During the fourth quarter of 2007, no matter was submitted to a vote of security holders through the solicitation of proxies or otherwise.
Our executive officers are as follows:
Granite Construction Incorporated was incorporated in Delaware in January 1990 as the holding company for Granite Construction Company, which was incorporated in California in 1922. All dates of service for our executive officers include the periods in which they served for Granite Construction Company.
Mr. Dorey has been an employee of Granite since 1968 and has served in various capacities, including President and Chief Executive Officer since January 2004, President and Chief Operating Officer from February 2003 to December 2003, Executive Vice President and Chief Operating Officer from 1998 to February 2003, Senior Vice President and Manager, Branch Division from 1987 to 1998, and Vice President and Assistant Manager, Branch Division from 1983 to 1987. Mr. Dorey has also served as a member of our Board of Directors since January 2004 and as a director of TIC Holdings, Inc. from 1997 to 2002. He received a B.S. degree in Construction Engineering from Arizona State University in 1967.
Mr. Boitano has been an employee of the Company since 1977 and has served in various capacities, including Chief Operating Officer since January 2004 and Executive Vice President since February 2003. He also served as Branch Division Manager from 1998 to January 2004, and Senior Vice President from 1998 to February 2003. Mr. Boitano received a B.S. degree in Civil Engineering from Santa Clara University in 1971 and an M.B.A. degree from California State University, Fresno in 1977.
Mr. Barton has been an employee of the Company since 1980 and has served as Senior Vice President and Chief Financial Officer since 1999, and as Vice President and Chief Financial Officer from 1990 to 1999. In 1997, he became a director of TIC Holdings, Inc. Mr. Barton received a B.S. degree in Accounting and Finance from San Jose State University in 1967 and an M.B.A. degree from Santa Clara University in 1973.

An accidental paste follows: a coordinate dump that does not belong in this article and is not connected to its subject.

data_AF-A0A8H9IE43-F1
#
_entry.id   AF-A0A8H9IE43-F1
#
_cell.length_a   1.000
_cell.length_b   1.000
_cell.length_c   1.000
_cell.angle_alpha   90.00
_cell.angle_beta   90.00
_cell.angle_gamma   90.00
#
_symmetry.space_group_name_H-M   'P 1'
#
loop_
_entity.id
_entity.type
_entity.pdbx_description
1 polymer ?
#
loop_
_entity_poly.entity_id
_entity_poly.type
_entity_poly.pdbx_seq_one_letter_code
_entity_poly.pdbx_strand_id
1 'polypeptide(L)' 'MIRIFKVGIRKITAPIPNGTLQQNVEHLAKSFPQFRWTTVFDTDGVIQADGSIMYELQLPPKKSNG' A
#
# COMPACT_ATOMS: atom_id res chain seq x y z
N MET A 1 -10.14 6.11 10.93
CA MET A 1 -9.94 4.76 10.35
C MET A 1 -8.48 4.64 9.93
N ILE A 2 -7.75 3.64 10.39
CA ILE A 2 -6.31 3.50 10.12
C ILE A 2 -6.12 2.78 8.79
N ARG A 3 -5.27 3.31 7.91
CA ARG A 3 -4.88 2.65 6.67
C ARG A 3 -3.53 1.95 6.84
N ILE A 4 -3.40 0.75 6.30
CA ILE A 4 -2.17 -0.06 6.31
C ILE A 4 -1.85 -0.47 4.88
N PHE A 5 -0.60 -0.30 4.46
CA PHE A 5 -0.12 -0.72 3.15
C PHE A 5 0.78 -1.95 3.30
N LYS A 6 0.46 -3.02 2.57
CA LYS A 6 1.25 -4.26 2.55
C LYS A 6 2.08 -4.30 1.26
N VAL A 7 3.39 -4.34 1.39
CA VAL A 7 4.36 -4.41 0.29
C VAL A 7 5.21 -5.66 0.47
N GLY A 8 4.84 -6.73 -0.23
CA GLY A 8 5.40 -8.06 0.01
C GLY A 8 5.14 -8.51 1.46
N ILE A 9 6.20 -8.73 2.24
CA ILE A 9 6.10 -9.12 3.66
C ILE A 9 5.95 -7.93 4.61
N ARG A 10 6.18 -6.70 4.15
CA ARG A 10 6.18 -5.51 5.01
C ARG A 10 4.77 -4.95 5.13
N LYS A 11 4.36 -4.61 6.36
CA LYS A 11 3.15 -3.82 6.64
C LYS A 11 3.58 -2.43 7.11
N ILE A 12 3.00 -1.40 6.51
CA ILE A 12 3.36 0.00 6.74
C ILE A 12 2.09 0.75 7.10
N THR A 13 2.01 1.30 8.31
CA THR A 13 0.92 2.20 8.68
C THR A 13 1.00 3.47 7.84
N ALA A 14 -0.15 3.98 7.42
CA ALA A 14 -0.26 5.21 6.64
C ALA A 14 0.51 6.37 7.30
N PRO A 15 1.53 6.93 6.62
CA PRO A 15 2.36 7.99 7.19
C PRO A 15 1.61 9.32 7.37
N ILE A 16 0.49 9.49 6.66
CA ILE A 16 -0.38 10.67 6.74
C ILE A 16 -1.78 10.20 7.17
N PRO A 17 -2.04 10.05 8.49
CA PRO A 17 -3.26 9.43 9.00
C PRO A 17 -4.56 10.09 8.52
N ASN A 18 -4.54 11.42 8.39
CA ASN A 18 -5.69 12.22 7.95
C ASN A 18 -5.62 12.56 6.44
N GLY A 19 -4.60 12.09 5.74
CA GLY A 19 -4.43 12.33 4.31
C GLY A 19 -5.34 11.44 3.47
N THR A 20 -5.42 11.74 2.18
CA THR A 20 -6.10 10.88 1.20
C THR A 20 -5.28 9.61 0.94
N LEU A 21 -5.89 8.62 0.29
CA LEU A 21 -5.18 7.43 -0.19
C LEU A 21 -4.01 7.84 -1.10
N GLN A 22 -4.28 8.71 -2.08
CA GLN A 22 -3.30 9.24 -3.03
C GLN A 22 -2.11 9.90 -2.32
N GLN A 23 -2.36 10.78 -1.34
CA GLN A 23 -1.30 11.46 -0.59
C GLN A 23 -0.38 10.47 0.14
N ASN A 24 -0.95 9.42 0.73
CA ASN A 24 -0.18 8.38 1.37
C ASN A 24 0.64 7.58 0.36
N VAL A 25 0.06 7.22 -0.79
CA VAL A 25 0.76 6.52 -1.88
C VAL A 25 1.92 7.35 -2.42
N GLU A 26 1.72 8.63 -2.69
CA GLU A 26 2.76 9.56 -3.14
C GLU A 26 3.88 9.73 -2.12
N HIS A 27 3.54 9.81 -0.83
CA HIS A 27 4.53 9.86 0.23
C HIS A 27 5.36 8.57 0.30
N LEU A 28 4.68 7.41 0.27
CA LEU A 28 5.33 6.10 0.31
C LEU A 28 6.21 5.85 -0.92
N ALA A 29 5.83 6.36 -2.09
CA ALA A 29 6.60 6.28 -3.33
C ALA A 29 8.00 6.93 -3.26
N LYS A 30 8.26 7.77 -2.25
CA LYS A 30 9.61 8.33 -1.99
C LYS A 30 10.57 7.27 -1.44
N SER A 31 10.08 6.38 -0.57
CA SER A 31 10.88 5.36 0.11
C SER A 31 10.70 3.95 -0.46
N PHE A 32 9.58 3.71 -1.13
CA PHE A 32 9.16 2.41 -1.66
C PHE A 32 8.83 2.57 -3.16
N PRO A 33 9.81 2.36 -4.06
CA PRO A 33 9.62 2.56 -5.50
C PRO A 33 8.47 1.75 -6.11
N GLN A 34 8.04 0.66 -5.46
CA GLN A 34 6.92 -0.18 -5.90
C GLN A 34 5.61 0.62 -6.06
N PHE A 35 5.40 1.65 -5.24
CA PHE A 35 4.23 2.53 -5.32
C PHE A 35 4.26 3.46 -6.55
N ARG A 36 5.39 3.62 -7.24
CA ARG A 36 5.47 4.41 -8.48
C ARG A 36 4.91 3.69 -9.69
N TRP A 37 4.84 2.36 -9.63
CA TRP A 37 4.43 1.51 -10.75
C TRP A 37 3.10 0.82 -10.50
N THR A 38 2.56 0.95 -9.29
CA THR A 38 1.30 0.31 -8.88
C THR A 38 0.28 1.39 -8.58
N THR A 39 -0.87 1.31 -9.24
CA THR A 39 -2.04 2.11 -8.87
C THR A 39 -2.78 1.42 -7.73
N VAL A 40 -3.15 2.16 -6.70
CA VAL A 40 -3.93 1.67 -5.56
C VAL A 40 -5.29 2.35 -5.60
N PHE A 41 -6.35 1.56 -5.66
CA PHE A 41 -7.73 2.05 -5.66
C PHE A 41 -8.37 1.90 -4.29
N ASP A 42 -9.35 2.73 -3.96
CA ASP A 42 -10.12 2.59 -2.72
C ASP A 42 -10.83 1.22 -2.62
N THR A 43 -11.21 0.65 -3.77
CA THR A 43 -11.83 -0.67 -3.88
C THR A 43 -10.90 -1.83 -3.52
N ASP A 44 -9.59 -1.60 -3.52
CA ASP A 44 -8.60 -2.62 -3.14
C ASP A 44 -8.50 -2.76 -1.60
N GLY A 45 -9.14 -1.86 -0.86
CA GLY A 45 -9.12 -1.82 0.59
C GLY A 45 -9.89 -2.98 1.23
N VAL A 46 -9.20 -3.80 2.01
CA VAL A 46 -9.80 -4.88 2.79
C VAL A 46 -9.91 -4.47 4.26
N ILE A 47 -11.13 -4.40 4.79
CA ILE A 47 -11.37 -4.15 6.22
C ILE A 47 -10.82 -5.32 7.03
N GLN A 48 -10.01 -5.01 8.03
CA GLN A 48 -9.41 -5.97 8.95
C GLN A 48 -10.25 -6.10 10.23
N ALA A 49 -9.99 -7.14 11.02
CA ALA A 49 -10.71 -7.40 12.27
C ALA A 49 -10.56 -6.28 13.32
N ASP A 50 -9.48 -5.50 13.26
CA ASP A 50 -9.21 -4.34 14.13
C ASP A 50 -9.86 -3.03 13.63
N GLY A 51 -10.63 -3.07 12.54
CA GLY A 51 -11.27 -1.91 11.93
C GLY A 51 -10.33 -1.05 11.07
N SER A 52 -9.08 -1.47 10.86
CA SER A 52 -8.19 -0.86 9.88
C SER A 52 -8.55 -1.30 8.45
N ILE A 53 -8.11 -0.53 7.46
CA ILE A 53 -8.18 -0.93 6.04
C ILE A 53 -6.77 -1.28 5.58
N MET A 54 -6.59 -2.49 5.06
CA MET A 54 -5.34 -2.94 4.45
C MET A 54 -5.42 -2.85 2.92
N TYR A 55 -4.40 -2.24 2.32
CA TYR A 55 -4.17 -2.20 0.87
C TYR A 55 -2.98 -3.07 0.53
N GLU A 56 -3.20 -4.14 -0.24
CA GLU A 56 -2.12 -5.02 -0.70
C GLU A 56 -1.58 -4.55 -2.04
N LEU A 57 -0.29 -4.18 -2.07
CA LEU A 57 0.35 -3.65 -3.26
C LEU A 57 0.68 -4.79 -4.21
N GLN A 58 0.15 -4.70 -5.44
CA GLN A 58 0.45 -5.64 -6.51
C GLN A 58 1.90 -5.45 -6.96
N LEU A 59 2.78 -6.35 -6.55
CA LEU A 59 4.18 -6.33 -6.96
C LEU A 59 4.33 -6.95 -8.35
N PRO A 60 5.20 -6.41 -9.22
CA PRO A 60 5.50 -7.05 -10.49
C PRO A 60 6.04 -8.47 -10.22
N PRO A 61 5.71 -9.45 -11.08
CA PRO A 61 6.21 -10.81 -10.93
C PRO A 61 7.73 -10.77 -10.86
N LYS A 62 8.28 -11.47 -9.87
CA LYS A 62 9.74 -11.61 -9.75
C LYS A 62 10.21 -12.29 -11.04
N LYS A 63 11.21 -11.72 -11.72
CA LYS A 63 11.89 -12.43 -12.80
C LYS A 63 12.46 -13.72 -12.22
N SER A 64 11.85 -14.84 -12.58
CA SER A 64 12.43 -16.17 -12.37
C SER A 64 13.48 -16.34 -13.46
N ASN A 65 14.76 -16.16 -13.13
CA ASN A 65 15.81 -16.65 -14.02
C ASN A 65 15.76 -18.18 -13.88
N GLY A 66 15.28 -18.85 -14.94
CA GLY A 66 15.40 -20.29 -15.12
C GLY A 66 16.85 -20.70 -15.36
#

Mr. Donnino joined Granite in 1977 and has served as Senior Vice President since January 2005, Manager of Granite East since February 2007, and Heavy Construction Division Manager from January 2005 to February 2007. He served as Vice President and Heavy Construction Division Assistant Manager during 2004, Texas Regional Manager from 2000 to 2003 and Dallas Estimating Office Area Manager from 1991 to 2000. Mr. Donnino received a B.S.C.E. in Structural, Water and Soils Engineering from the University of Minnesota in 1976.
Mr. Roberts joined Granite in 1981 and has served in various capacities, including Senior Vice President since May 2004, Granite West Manager since February 2007, Branch Division Manager from May 2004 to February 2007, Vice President and Assistant Branch Division Manager from 1999 to 2004, and Regional Manager of Nevada and Utah Operations from 1995 to 1999. He received a B.S.C.E. in 1979 and an M.S.C.E. in 1980 from the University of California, Berkeley, and an M.B.A. from the University of Southern California in 1981.
Item 5. MARKET FOR REGISTRANT’S COMMON EQUITY, RELATED STOCKHOLDER MATTERS AND ISSUER PURCHASES OF EQUITY SECURITIES>
Our common stock trades on the New York Stock Exchange under the ticker symbol GVA. See “Quarterly Results” under “Item 7. Management’s Discussion and Analysis of Financial Condition and Results of Operation” for a two-year summary of quarterly dividends and high and low sales prices of our stock.
We have paid quarterly cash dividends since the second quarter of 1990, and we expect to continue to pay quarterly cash dividends. However, declaration and payment of dividends is within the sole discretion of our Board of Directors, subject to limitations imposed by Delaware law and compliance with our credit agreements, and will depend on our earnings, capital requirements, financial condition and other such factors as the Board of Directors deems relevant.
As of February 13, 2008, there were 38,952,477 shares of our common stock outstanding held by 1,259 shareholders of record.
During the three months ended December 31, 2007, we did not sell any of our equity securities that were not registered under the Securities Act of 1933, as amended. The following table sets forth information regarding the repurchase of shares of our common stock during the three months ended December 31, 2007:
1The number of shares purchased includes 1,336 shares purchased in connection with employee tax withholding for shares granted under our Amended and Restated 1999 Equity Incentive Plan and shares purchased under our share repurchase program.
2In October 2007, our Board of Directors authorized us to repurchase, at management’s discretion, up to $200.0 million of our common stock. Under the new repurchase program, the Company may repurchase shares from time to time on the open market or in private transactions. The specific timing and amount of repurchases will vary based on market conditions, securities law limitations and other factors. The share repurchase program may be suspended or discontinued at any time without prior notice. This new program replaced a $25.0 million share repurchase program announced in 2002.